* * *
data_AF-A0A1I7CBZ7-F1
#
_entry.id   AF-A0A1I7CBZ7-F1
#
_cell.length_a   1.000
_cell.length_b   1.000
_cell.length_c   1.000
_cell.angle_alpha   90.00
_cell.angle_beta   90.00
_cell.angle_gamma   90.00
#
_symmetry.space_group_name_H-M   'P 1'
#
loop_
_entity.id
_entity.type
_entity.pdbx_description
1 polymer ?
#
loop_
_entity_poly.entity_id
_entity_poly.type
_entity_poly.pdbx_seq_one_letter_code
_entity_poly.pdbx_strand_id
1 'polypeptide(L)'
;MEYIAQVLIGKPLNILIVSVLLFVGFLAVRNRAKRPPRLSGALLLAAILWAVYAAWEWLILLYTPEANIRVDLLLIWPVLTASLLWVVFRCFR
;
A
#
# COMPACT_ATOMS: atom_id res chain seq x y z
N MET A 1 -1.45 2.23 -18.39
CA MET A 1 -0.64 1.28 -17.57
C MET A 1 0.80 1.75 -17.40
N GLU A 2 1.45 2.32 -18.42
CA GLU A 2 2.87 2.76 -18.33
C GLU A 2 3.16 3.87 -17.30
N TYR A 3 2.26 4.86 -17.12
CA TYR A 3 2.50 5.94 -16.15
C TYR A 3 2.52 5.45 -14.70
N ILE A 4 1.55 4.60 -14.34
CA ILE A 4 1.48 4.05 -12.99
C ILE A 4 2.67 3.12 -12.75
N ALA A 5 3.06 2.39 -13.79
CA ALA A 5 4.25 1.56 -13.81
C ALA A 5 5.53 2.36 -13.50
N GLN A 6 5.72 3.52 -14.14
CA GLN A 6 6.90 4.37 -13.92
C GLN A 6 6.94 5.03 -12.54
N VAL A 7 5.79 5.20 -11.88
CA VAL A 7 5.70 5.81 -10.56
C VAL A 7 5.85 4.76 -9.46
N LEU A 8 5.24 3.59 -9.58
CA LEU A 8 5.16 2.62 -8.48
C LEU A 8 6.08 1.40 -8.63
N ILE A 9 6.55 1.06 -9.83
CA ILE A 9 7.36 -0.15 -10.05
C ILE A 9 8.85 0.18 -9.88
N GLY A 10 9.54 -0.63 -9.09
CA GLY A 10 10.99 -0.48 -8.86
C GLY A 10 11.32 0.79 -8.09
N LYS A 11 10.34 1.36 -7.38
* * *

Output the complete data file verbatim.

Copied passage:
data_AF-A0A1I7CBZ7-F1
#
_entry.id   AF-A0A1I7CBZ7-F1
#
_cell.length_a   1.000
_cell.length_b   1.000
_cell.length_c   1.000
_cell.angle_alpha   90.00
_cell.angle_beta   90.00
_cell.angle_gamma   90.00
#
_symmetry.space_group_name_H-M   'P 1'
#
loop_
_entity.id
_entity.type
_entity.pdbx_description
1 polymer ?
#
loop_
_entity_poly.entity_id
_entity_poly.type
_entity_poly.pdbx_seq_one_letter_code
_entity_poly.pdbx_strand_id
1 'polypeptide(L)'
;MEYIAQVLIGKPLNILIVSVLLFVGFLAVRNRAKRPPRLSGALLLAAILWAVYAAWEWLILLYTPEANIRVDLLLIWPVLTASLLWVVFRCFR
;
A
#
# COMPACT_ATOMS: atom_id res chain seq x y z
N MET A 1 -1.45 2.23 -18.39
CA MET A 1 -0.64 1.28 -17.57
C MET A 1 0.80 1.75 -17.40
N GLU A 2 1.45 2.32 -18.42
CA GLU A 2 2.87 2.76 -18.33
C GLU A 2 3.16 3.87 -17.30
N TYR A 3 2.26 4.86 -17.12
CA TYR A 3 2.50 5.94 -16.15
C TYR A 3 2.52 5.45 -14.70
N ILE A 4 1.55 4.60 -14.34
CA ILE A 4 1.48 4.05 -12.99
C ILE A 4 2.67 3.12 -12.75
N ALA A 5 3.06 2.39 -13.79
CA ALA A 5 4.25 1.56 -13.81
C ALA A 5 5.53 2.36 -13.50
N GLN A 6 5.72 3.52 -14.14
CA GLN A 6 6.90 4.37 -13.92
C GLN A 6 6.94 5.03 -12.54
N VAL A 7 5.79 5.20 -11.88
CA VAL A 7 5.70 5.81 -10.56
C VAL A 7 5.85 4.76 -9.46
N LEU A 8 5.24 3.59 -9.58
CA LEU A 8 5.16 2.62 -8.48
C LEU A 8 6.08 1.40 -8.63
N ILE A 9 6.55 1.06 -9.83
CA ILE A 9 7.36 -0.15 -10.05
C ILE A 9 8.85 0.18 -9.88
N GLY A 10 9.54 -0.63 -9.09
CA GLY A 10 10.99 -0.48 -8.86
C GLY A 10 11.32 0.79 -8.09
N LYS A 11 10.34 1.36 -7.38